Last night, Jan and I watched one of those end-of-the-world, apocalyptic films titled Greenland. In the film, a comet is on a collision course with Earth promising to create a near-extinction level event. It was standard and predictable disaster film fare.
In real life, astrophysicists are telling us a huge asteroid the size of the Rose Bowl stadium is plummeting toward Earth. It has a projected path that will cause the asteroid to pass beneath the orbit of our satellites on Friday, April 13, 2029. In space terms, this is close. The asteroid is named Apophis after the Egyptian god of chaos, death, and destruction.
The probability of an Earth impact would not happen in 2029, but several years later in 2036. The impact could take place if on the 2029 pass Apophis enters what is called a “keyhole.” This particular keyhole is a small opening in space approximately 1,800 feet across. Upon entering the keyhole Apophis would then be pulled into a collision course with Earth striking just off the west coast of the United States. The event would be so catastrophic it would alter life on Earth for millions of years.
What would happen in 2029 if the asteroid Apophis entered the keyhole and we knew it was on a collision course with Earth only seven years in the future? Until the 2029 flyby, we might only have a curious concern. If Apophis enters the keyhole, global fear will mount to unprecedented levels as people prepare for mass evacuations and scientists try to engage the asteroid in flight to nudge it off course.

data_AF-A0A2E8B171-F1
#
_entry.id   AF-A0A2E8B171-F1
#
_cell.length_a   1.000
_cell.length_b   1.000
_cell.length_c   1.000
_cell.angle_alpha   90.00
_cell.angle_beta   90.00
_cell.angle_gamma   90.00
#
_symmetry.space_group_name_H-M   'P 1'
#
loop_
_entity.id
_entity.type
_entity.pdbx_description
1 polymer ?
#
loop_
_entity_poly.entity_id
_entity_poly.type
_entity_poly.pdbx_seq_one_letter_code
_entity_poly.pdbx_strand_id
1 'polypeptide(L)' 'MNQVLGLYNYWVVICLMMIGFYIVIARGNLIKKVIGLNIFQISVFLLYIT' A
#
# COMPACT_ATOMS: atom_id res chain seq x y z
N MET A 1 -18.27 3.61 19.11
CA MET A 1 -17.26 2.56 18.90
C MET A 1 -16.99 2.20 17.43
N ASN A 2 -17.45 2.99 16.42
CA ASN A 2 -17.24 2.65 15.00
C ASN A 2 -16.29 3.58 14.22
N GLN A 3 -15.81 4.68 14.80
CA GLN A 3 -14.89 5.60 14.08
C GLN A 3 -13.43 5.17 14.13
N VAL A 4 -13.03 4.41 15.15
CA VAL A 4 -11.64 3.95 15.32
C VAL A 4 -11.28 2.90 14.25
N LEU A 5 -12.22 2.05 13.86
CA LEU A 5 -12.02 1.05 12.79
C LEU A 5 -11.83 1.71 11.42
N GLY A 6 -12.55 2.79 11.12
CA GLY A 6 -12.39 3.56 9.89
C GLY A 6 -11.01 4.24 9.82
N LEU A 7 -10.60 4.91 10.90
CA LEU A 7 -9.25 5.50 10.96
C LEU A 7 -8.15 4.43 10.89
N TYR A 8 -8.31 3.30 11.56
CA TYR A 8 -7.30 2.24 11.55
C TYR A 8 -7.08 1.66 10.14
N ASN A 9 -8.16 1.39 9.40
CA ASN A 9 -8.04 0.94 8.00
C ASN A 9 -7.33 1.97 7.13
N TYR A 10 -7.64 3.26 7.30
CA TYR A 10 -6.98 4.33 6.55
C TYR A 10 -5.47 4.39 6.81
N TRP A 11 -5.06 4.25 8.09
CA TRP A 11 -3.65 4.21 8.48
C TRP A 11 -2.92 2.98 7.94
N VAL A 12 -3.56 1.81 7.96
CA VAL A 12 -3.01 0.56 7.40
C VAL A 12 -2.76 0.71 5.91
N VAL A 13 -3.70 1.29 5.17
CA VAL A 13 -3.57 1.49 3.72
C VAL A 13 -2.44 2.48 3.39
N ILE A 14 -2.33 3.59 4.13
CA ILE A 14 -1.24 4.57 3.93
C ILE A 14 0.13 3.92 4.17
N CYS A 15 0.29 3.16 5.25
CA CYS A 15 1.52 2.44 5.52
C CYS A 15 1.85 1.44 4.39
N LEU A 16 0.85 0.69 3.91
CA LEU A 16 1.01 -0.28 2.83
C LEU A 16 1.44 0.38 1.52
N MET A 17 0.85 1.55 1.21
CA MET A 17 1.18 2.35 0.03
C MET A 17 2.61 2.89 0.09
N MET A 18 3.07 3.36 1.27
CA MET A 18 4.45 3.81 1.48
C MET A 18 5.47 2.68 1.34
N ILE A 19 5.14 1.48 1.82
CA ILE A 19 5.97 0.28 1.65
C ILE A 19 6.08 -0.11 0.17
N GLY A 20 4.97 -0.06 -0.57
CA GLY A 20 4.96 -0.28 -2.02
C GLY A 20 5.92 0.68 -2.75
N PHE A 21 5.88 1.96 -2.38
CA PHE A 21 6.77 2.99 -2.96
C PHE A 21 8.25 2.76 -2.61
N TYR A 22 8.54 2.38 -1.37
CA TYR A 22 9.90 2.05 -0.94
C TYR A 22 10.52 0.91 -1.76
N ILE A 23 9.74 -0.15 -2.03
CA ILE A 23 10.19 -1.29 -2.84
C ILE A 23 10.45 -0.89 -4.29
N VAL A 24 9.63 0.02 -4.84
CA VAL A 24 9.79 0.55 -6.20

I shared the information about Apophis not to cause concern but to illustrate how humanity responds when jeopardy to life is in the equation. In the film, Greenland, civil order and human decency devolved quickly when people began to live in fear. If you have never been in a situation where fear takes over a large group and people begin to panic because they feel they have lost control, things can get out of hand quickly.
Fear is always present offering us dark horizons to look toward. Unchallenged, fear can divert our faith using a possibility, even one that is very remote, to influence our lives in a negative manner. There is always some personal Apophis-appearing event present somewhere in life that wants to pollute our thinking with fear. When fear-inducing situations develop, we have a choice. We can pray and act according to the direction of God’s Spirit and then trust Him, or we can join the fearful mass and run away in a stampede of hopeless despair. Trust is not the absence of activity. It is a state of spiritual equilibrium that arrives when we have done all we can then choose to rest from our righteous labor of faith to give the outcome to God.